Columbus Container Inc., a private, family-held business established in Columbus in 1975, has agreed to be sold for $100 million in cash.

A competitor, Illinois-based Packaging Corporation of America (PCA), announced after the stock market closed Tuesday that it was purchasing all Columbus Container’s assets, including a 161,000-square-foot facility in Seymour.

PCA will acquire the full-line corrugated products facility in Columbus, five warehousing facilities and other related operations in Indiana and Illinois. The sale, subject to regulatory approval, is expected to close in the fourth quarter of this year.

Bob Haddad Sr. and his wife, Helen, who have been married 62 years, moved from Sand Springs, Oklahoma, to Columbus in 1973. He had taken a job with Hoerner Boxes but turned down a transfer two years later to stay in the community and start Columbus Container, he said.

Columbus Container was founded on a shoestring “on a dirt road (in a building) with no heat,” Haddad said.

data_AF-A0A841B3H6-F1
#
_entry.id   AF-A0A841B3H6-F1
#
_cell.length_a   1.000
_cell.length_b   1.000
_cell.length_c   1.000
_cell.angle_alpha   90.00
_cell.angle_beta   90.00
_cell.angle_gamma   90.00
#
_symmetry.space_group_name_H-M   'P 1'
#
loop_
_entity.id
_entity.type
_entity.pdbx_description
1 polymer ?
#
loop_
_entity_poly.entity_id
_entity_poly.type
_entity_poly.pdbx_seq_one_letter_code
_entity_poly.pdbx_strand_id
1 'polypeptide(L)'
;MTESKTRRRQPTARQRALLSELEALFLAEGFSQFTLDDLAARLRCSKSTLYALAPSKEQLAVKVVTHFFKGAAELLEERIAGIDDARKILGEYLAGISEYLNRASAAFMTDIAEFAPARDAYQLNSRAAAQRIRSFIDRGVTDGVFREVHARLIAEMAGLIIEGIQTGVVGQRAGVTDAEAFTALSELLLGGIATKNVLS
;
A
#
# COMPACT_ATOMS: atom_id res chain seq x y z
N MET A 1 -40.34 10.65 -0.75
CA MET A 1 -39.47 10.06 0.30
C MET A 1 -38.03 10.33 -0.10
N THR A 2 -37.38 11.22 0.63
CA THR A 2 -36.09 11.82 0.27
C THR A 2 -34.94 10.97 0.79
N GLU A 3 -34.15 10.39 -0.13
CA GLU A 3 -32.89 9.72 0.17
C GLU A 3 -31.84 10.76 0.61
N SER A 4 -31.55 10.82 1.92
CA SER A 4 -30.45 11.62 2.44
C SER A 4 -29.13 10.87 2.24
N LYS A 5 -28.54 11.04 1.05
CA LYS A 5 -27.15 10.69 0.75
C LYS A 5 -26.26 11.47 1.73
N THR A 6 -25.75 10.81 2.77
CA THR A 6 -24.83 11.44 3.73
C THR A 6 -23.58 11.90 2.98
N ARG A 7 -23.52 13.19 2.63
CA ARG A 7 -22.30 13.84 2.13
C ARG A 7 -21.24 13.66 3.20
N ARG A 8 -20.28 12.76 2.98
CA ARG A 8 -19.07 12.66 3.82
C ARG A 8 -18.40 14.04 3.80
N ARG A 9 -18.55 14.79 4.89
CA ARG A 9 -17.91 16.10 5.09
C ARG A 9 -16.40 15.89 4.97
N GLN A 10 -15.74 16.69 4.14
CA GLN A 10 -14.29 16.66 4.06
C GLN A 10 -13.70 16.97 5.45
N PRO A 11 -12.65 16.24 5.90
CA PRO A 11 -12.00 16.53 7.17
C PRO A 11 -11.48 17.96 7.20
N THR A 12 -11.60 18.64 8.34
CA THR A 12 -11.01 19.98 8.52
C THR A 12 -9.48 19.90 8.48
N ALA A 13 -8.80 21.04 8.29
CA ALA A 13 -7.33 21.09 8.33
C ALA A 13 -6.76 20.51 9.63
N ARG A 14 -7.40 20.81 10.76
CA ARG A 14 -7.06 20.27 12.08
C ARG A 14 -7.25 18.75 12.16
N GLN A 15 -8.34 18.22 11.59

With just a few employees at the start, Haddad has spent half his life building the company and increasing the workforce to 260 people at its Columbus corrugated products facility.

“It’s grown and will continue to grow. That’s my legacy,” Haddad said.

The company’s footprint in Seymour grew after the purchase of Gardner Box Co. at 2200 D Ave. East at Freeman Field Industrial Park in 1992. At that time, Gardner Box was located in a 28,000-square-foot building on an 8.5-acre site. The name was changed to Columbus Container, Seymour Division, in 1993, and a project to demolish the existing building and build a new building was announced that same year.

Gardner Box Co.’s Seymour plant was established by Don Gardner of Chicago and Don Hindeman of Indianapolis in January of 1961. The plant began operation in the late summer of that year and made corrugated boxes for refrigerators and many other smaller containers.

In March 2013, Columbus Container announced plans to add 36,000 square feet to its warehouse facility at Freeman Field. The project, which didn’t include any new jobs, had a $3.08 million price tag and included additional dock and parking areas near the building. At the time, the Seymour division had 11 employees.

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